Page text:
GERD Medications Linked to Vitamin Deficiency
Are you on medications for gastroesophageal reflux disease (GERD) but find yourself feeling tired all the time, weak, suffering from depression, or have issues that you are told are all unrelated to GERD? Your GERD medications may just very well be the problem. But before looking at why your GERD medications may be an issue, let’s first take a look at GERD itself.
GERD – A Short Definition
GERD is a condition that sees acid regularly flowing up into your esophagus. The most common symptoms of GERD include:
- Chest pain
- Difficulty in swallowing
- Coughing (at night)
- Bad breath
- Sleep that is disrupted
- Asthma that may get worse
GERD itself is the result of regular acid reflux due to an abnormally relaxed or weakened lower esophageal sphincter. This is the muscle found at the bottom of your esophagus which tightens and relaxes as you swallow. When compromised, food and stomach acid are able to flow up your esophagus, resulting in acid reflux. People with certain conditions are more likely to experience acid reflux and thus develop GERD than others.
Conditions that may contribute to GERD include the following:
- Scleroderma, a connective tissue disorder
- A hiatal hernia where the top of your stomach bulges into your diaphragm
The incidence of acid reflux may increase by
- Eating large meals shortly before going to sleep
- Eating certain trigger foods, e.g., foods loaded in fat, spices, or acid
- Drinking certain beverages, such as coffee or soda
- Using certain medications
If not addressed, GERD could result in
- An increased risk of developing esophageal cancer
- The development of an esophageal stricture where scar tissue forms and drastically narrows the esophagus, resulting in problems with swallowing
- The development of an esophageal ulcer which is painful, could bleed, and cause problems when trying to swallow
- The development of several respiratory issues, such as asthma, pneumonia, laryngitis, congestion, and hoarseness
Conventional medicine’s first step in addressing GERD is the use of GERD medications, such as antacids that reduce stomach acid, medications that reduce acid production, and medications that block acid production in the stomach. Antibiotics and prokinetics that encourage the stomach to empty faster may also be recommended for certain conditions, although these may result in diarrhea, anxiety, and nausea.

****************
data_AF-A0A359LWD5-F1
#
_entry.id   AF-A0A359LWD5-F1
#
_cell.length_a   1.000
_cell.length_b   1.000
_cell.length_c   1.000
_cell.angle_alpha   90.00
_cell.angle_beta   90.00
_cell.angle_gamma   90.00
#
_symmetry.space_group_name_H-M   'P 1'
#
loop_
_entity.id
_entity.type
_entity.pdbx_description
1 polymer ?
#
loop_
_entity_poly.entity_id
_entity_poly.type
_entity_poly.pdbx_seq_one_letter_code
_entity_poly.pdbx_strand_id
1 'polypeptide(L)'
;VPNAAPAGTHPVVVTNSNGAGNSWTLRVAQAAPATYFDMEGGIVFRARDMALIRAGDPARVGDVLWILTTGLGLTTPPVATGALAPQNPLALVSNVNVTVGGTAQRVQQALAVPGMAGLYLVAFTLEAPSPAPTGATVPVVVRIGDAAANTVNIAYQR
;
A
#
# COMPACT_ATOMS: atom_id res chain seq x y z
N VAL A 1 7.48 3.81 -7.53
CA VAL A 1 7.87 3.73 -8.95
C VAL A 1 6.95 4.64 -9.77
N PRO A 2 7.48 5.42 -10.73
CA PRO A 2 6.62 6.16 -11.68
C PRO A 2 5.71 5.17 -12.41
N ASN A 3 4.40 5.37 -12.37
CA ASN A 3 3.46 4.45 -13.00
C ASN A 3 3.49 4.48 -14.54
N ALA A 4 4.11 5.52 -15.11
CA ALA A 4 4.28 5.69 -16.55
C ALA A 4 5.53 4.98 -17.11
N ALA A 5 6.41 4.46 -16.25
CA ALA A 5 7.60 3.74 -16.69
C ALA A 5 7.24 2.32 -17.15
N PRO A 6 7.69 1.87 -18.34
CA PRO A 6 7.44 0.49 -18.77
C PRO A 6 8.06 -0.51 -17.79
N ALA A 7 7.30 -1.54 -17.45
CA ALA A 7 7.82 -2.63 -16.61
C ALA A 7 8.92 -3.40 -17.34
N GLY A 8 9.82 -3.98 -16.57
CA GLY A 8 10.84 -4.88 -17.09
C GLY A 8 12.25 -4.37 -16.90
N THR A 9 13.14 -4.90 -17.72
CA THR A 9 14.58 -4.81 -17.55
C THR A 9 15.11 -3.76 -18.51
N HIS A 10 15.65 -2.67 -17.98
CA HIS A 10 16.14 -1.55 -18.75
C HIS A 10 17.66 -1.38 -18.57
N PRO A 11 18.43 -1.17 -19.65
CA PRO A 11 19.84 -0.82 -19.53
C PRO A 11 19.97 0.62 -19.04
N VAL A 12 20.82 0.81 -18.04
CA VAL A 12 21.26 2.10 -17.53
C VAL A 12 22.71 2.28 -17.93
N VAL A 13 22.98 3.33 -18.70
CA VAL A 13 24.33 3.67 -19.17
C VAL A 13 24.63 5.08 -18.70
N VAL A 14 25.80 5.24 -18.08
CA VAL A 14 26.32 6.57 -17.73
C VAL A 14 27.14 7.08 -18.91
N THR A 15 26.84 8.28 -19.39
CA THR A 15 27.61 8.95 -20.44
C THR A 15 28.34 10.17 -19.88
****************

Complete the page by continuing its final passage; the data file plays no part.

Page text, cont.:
Although GERD medications may alleviate the symptoms of acid reflux, they do not work on all people and might actually cause more harm than benefit.
GERD Medications – A Possible Health Risk
Research indicates that certain GERD medications, such as proton pump inhibitors and histamine-2 receptor blockers, that work at suppressing or modifying the acid production in your stomach may lead to a vitamin B12 deficiency. The risk increases with prolonged use because the suppression of gastric acid production coincides with the malabsorption of vitamin B12.
A vitamin B12 deficiency may not be as uncommon as most of us think, but it is more prevalent in the elderly because the body’s ability to absorb this vitamin tends to decrease with age. This is because older people tend to develop issues regarding the acids and enzymes in the stomach and small intestine associated with vitamin B12 absorption. Add to this the GERD medications that may inhibit acid production or effectiveness, and their vitamin B12 levels may see a sharp decline. You could see certain symptoms of vitamin B12 deficiency such as memory loss, a decline in brain function, and neuropathy (a condition that targets your nerve endings and results in tingling or numbness in your fingers and toes).
Besides its effect on vitamin B12 absorption, GERD medications may also have a negative effect on calcium, magnesium, and iron absorption. This could have a disastrous long-term effect on your health and lead to a number of severe clinical complications. Amongst these are included the possibility of an increased risk of gastrointestinal issues, an increase in the incidence of bone fractures, an increased risk of cardiovascular conditions that may result in heart attack or stroke, and even an increased risk of death.
The Role of Vitamin B12 in the Body
Vitamin B12 is also known as cobalamin as it contains cobalt. It is released from the food we eat through digestion, a process during which your stomach acid plays a very prominent role. The vitamin B12 released in your stomach combines with a protein called intrinsic factor that is produced in the stomach and forms a complex. The latter then travels to the small intestine where vitamin B12 is absorbed by the ileal cells of the lower section of your small intestine. GERD medications, unfortunately, and as has been mentioned, interfere with the production of your stomach acid and thus vitamin B12 absorption.
Vitamin B12 has a number of very important functions in the body. Amongst these are the formation of proteins and red blood cells, as well as the correct functioning of your body’s nervous system. It also takes part in cellular reactions concerned with the release of energy from carbohydrates, proteins, and fats, as well as in your inflammatory process. Vitamin B12 also converts folate to its active form. Low vitamin B12 and the resulting lower folate levels may result in anemia. Interestingly, low folate levels may often be found in instances of a compromised inflammatory circuit.
The Inflammation Circuit
Inflammation is your body’s natural response to stress of any kind. This stress might be due to psychological issues, e.g., anxiety or depression, physiological reasons, e.g., an injury sustained in a motor vehicle accident, or even due to environmental issues, e.g., exposure to toxins. Interestingly, chronic inflammation is very closely linked to adrenal fatigue and your body’s automatic NeuroEndoMetabolic (NEM) Stress Response.
Hippocrates is cited as saying that ‘all disease starts in the gut’. While this statement may still be the topic of debate, your intestinal health plays a large role in determining the occurrence of inflammation.